Ryan Dancey thinks he’s got a plan to resurrect the moribund RPG market. And yes, it’s moribund. No doubt about it.
Now, I have no idea where he’s going with this. I have a few guesses, but nothing solid. But I have to say the “storytelling” bit leaves me a bit cold. It may a be a knee-jerk reaction, however. And I’m not sure it’s important. Here’s the gold in them thar hills:
Here are three sustainable, believable, and valuable points of differentiation between tabletop storyteller games and MMORPGs:
1. * A truly persistent environment, where participant actions shape and redefine the game world in lasting and meaningful ways using the power of emergence.
1. * Participant created content which expands the game world, sorted & made accessible through the power of a reputation economy.
1. * The ability to interact with one another in various social network configurations, from very small (2 people) to very large (10,000+ gatherings), from “party” focused adventures to city, national, and world sized population systems.
This is a topic Dan over at Fear the Boot has been discussing for some time. There’s really no point in making RPGs more like MMORPGs. Tabletop RPGs can never out-MMORPG the MMORPGs. Trying to do so is silly. I think Mr. Dancey is absolutely on the right track with this. Pen-and-paper RPGs need to focus on what they do best, and I think he’s nailed it on these three points. I’ll have to think about that some more.
But then he takes a sudden swerve that looks very intriguing:
The successful Storyteller Industry company will be at heart a customer service company. Most of its work product will be related to internet services and community tools, rather than making & printing rule books. We need to rewire the fundamental DNA of the industry from book publishing to internet service & community support.
Whoa! Ok, now we’re talking a major shift in how this industry has worked for a long time. What is he talking about? Gleemax?
Maybe. Ok, as RPGers, we all know exactly what’s wrong with the industry: it’s a bitch to get a game together. When you’re young, have no car, and you and your friends are pretty much hobbled by school and lack of funds, but unburdened by adult responsibilities, it’s easy to blow eight to ten hours playing RPGs in a single session. You also have at least that much time between games to work on new material, to read new books, and learn new rules.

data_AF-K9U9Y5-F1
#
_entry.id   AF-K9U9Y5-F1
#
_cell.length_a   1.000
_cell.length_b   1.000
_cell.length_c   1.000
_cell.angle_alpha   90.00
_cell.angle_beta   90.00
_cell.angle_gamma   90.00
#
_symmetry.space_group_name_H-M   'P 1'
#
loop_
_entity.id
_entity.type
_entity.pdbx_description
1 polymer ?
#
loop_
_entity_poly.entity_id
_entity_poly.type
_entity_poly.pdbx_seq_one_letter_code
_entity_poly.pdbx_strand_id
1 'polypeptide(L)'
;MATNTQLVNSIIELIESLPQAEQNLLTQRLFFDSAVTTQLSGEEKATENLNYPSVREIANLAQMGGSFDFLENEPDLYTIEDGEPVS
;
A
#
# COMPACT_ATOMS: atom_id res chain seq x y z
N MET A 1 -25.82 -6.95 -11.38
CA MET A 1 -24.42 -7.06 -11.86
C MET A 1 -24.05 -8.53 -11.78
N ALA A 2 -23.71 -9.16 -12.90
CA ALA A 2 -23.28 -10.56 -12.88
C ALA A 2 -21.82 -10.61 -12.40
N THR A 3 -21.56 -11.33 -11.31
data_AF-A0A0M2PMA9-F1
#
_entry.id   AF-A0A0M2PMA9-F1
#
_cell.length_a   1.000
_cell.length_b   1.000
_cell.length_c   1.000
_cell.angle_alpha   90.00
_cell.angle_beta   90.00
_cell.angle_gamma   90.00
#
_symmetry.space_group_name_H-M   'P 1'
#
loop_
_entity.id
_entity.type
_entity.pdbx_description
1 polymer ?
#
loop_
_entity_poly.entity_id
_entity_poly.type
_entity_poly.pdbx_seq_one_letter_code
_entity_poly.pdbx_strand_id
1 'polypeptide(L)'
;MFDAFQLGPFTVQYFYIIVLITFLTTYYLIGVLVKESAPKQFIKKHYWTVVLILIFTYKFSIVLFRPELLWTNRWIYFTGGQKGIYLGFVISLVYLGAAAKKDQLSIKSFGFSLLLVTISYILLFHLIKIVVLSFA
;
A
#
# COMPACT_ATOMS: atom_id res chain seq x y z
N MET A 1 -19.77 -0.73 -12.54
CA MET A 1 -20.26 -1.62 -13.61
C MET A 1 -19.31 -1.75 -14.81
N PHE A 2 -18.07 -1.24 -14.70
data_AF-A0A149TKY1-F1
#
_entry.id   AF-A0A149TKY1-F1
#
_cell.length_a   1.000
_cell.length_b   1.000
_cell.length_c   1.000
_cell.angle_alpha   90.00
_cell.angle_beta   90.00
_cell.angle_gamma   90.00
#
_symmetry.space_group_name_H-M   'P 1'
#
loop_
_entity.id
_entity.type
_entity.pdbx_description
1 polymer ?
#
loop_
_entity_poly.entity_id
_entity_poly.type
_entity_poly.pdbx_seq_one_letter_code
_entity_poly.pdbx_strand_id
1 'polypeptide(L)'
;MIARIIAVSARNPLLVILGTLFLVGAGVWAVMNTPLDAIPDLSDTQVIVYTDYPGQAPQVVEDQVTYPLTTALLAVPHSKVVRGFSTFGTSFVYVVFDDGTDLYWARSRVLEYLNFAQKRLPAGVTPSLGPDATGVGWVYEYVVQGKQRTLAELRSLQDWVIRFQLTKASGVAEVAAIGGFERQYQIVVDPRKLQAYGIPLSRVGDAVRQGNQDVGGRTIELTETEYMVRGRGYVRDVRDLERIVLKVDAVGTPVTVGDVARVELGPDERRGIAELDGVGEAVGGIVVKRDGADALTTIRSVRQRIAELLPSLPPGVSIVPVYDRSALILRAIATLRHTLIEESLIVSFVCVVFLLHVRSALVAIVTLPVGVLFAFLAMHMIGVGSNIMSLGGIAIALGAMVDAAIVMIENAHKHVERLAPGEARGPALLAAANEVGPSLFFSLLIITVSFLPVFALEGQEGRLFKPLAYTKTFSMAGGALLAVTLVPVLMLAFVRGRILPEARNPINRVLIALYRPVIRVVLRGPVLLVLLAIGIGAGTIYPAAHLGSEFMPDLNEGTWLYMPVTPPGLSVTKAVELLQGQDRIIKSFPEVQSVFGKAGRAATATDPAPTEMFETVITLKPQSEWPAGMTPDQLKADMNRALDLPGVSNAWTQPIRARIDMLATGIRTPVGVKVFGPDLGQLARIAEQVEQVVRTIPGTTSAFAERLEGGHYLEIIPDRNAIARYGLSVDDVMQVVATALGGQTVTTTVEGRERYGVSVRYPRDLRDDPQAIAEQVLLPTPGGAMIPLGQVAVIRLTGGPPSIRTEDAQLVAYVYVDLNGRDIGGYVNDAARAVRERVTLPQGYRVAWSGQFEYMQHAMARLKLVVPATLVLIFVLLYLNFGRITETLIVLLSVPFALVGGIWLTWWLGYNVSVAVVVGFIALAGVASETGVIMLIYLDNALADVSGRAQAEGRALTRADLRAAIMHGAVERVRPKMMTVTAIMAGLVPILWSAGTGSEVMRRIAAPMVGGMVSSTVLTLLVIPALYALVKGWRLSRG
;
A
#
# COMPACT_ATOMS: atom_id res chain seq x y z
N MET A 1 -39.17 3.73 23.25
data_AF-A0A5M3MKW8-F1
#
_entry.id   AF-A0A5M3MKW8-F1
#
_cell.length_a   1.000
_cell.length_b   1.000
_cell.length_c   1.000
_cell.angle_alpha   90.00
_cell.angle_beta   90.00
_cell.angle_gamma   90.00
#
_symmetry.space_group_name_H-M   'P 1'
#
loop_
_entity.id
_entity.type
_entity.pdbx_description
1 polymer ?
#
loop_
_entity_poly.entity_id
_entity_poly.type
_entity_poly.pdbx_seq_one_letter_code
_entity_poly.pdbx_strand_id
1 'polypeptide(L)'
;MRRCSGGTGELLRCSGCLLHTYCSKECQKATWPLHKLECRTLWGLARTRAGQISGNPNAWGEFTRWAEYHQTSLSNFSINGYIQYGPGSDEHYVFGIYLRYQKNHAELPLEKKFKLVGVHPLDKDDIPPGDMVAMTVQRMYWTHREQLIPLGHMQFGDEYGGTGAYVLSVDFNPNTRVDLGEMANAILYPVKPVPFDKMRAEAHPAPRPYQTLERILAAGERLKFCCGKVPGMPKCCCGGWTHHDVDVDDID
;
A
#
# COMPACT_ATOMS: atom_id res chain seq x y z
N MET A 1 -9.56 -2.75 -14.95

But once you become an adult, it’s nearly impossible to get together even on a bi-weekly basis. It’s even worse if you try to do something only once a month. That schedule won’t survive three sessions. And if you want to play an odd game, which is pretty much anything other than D&D, you’re in real trouble. Where do you find players? How do you get together with them? Even if you’re young, it can be a pain trying to sell your friends on your game de jour. And the best way to learn how to play an RPG is to join a group that already plays it.
And the best way to insure that your RPG survives and has fans who will support you financially is to get people to play the game. So what if players could find a group to play with online? Maybe using headsets and cameras, or chat programs, or other sorts of telecommuting software that businesses have been using for over a decade. What if you could log into the web site of your game-of-choice, and find a weekly/bi-weekly/whatever game to join in on?
What if you could find a game right now that was looking for members? A game that is set to begin as soon the requisite four-to-six players were lined up?
What if you could find a game right now, that was looking for members, and was run by a GM trained in how to play the game by the designers of the game, running an adventure specifically crafted to make the best use of that game’s features?
Is that something you might be willing to pay for?
Is that something an RPG company might be willing to support?
The mind, ladies and gents, freakin’ boggles.
I have no idea if this is where Mr. Dancey is going. I have no idea if enough players can overcome the notion that they are owed good GMing for free to support that sort of thing. I have no idea if any RPG company could find investors willing to take the risk to fund something like that.
But yeah, when I get visions in my head of players across the world logging their characters into a central database, and then using those characters in one-shot pick-up games or more organized campaign play, I can’t help but get excited.